At the end of the second treatment period the parents were invited to bring their child for pulmonary function testing. Separate consent was obtained for this part of the study.
PULMONARY FUNCTION TESTING
The tests were performed within two weeks of completing the diary study. The parents were invited to attend at a time when the child was well and were asked not to give any medication on the morning of the tests.
The infants were examined and weighed. They were sedated with triclofos (100 mg/kg). When asleep the infant was placed supine on a cot with a neck roll in place to keep the head and neck in a neutral position. Continuous oxygen saturation monitoring was used throughout the time the infant was asleep. A facemask was placed over the infant's mouth and nose using therapeutic putty (Carters, Wiltshire) to ensure an airtight seal. A pneumotachograph (Hans Rudolph 3500 series) was attached to the mask. Flow and mouth pressure were measured using the pneumotachograph and Validyne transducers (MP45), and these analogue data were digitised and recorded using RASP software (PhysioLogic Ltd, Newbury, Berks. UK). The flow signal was digitally integrated to give volume.
Resistance of the respiratory system (Rrs) and compliance (Crs) were measured using the single breath occlusion technique (SBT). Up to 20 manual occlusions were performed to obtain at least five technically satisfactory measurements for analysis. Occlusions were deemed satisfactory if they met the criteria of Fletcher et al,18 including a stable pressure plateau of at least 0.1 seconds and a linear portion (r 2 at least 0.995) extending over at least 40% of the expiratory flow–volume curve. The mean values from the five best occlusions were calculated.
A 30 second run of tidal breathing was recorded for analysis of tidal breathing parameters: respiratory rate (RR), time to peak tidal expiratory flow (tPTEF), and ratio of tPTEF to expiratory time (tPTEF:tE).
Measurements of maximum flow at functional residual capacity (VmaxFRC) were made using the technique of rapid thoracoabdominal compression (RTC).19 A soft plastic jacket with an inflatable compartment was wrapped around the chest and abdomen (arms outside). The jacket was inflated from a large, pressure controlled, reservoir of compressed air, in synchrony with the end of tidal inspiration, causing rapid exhalation. Respiratory flow and mouth pressure were recorded as above as was jacket pressure. A series of manoeuvres were performed using an increasing range of jacket pressures (30–100 cm H2O) until flow limitation was achieved. Three to five technically satisfactory manoeuvres were then performed at this level.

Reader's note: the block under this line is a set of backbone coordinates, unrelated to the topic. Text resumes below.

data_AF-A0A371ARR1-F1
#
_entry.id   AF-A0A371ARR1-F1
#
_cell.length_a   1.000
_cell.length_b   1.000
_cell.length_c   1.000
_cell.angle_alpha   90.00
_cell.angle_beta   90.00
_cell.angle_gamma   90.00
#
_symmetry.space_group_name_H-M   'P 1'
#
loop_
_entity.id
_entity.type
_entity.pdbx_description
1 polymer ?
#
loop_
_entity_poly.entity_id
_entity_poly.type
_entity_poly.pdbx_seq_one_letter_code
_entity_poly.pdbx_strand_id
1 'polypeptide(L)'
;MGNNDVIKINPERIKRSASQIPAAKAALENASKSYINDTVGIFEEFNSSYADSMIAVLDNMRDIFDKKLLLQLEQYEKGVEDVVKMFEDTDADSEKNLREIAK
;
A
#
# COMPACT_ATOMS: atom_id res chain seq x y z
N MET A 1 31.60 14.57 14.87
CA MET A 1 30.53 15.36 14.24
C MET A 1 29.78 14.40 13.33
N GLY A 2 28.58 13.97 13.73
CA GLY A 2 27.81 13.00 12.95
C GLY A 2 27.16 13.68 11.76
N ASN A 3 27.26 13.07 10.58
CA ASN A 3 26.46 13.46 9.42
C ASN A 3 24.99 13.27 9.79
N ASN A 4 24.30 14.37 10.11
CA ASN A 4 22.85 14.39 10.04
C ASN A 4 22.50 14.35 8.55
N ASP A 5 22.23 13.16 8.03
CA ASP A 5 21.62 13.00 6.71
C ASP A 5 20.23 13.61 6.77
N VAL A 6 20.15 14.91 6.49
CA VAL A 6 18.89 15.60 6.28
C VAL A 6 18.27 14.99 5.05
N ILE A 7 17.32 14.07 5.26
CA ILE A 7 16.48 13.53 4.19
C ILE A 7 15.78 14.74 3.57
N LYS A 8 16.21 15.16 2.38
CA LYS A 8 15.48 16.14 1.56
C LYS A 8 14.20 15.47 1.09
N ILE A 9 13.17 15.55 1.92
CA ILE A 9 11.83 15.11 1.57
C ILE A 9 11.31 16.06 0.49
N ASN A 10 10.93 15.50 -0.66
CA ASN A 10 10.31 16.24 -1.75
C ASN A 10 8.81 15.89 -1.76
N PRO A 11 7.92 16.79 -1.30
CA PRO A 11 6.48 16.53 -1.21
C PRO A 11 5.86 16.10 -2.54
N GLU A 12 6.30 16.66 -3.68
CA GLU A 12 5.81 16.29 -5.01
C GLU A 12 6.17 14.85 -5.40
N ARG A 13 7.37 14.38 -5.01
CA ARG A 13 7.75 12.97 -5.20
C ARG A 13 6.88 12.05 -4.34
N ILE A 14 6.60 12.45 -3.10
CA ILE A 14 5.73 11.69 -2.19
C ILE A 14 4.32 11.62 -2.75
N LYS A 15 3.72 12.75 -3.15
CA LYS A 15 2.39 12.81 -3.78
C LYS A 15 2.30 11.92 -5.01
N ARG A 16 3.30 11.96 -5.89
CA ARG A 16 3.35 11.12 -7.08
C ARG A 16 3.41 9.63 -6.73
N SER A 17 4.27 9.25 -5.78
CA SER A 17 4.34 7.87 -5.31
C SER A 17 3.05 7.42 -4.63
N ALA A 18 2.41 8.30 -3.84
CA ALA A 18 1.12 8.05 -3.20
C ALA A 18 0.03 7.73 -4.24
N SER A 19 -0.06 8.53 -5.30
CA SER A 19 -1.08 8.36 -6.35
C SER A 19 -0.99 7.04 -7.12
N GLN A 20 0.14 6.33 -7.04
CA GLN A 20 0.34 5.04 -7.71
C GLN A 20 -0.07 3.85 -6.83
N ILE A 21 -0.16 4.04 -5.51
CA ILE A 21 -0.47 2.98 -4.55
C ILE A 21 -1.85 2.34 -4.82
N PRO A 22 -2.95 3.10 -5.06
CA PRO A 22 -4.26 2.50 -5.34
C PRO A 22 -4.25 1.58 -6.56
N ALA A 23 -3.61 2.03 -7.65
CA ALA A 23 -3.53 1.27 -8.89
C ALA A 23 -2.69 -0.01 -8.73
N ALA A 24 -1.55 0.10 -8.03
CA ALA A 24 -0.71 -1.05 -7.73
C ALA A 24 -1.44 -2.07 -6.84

A second series of measurements were recorded 15 minutes after a dose of 400 μg salbutamol administered via Babyhaler and mask.
RANDOMISATION FOR DIARY STUDY
Sealed randomisation envelopes were generated by Glaxo Wellcome using a validated random number generation programme, PACT. Randomisation occurred in blocks of four.
Data were analysed by Minitab for Windows (v11.11 Minitab Inc., Philadelphia). Changes in diary score and lung function were compared by paired t test. Non-continuous data were compared by 2 × 2 table using either χ2 or Fisher's exact tests.
Eighty infants were recruited between October 1997 and February 1999. Of these, 48 successfully completed the diary study. Table 1shows the characteristics of all the infants enrolled, comparing those who completed the diary study with those who withdrew. Forty infants underwent lung function testing; 29 infants successfully completed both diary study and pulmonary function tests.
Of the 32 infants who failed to complete the diary study, 10 dropped out because of deterioration in clinical condition. Seven parents reported extreme difficulty in giving the inhaler, which could not be resolved. Thirteen parents decided they no longer wished to take part or failed to attend follow up appointments. For the other two infants, one of the diaries was mislaid by the parents. Infants who withdrew were significantly more likely to have episodic symptoms rather than persistent and were significantly more likely to have a parent who smoked.
Overall 25 patients who withdrew did so during the first month. Sixty three per cent of patients who withdrew were in their placebo period, including seven of the 10 patients who withdrew because of a clinical deterioration. This slight excess of dropout in the placebo period did not reach statistical significance.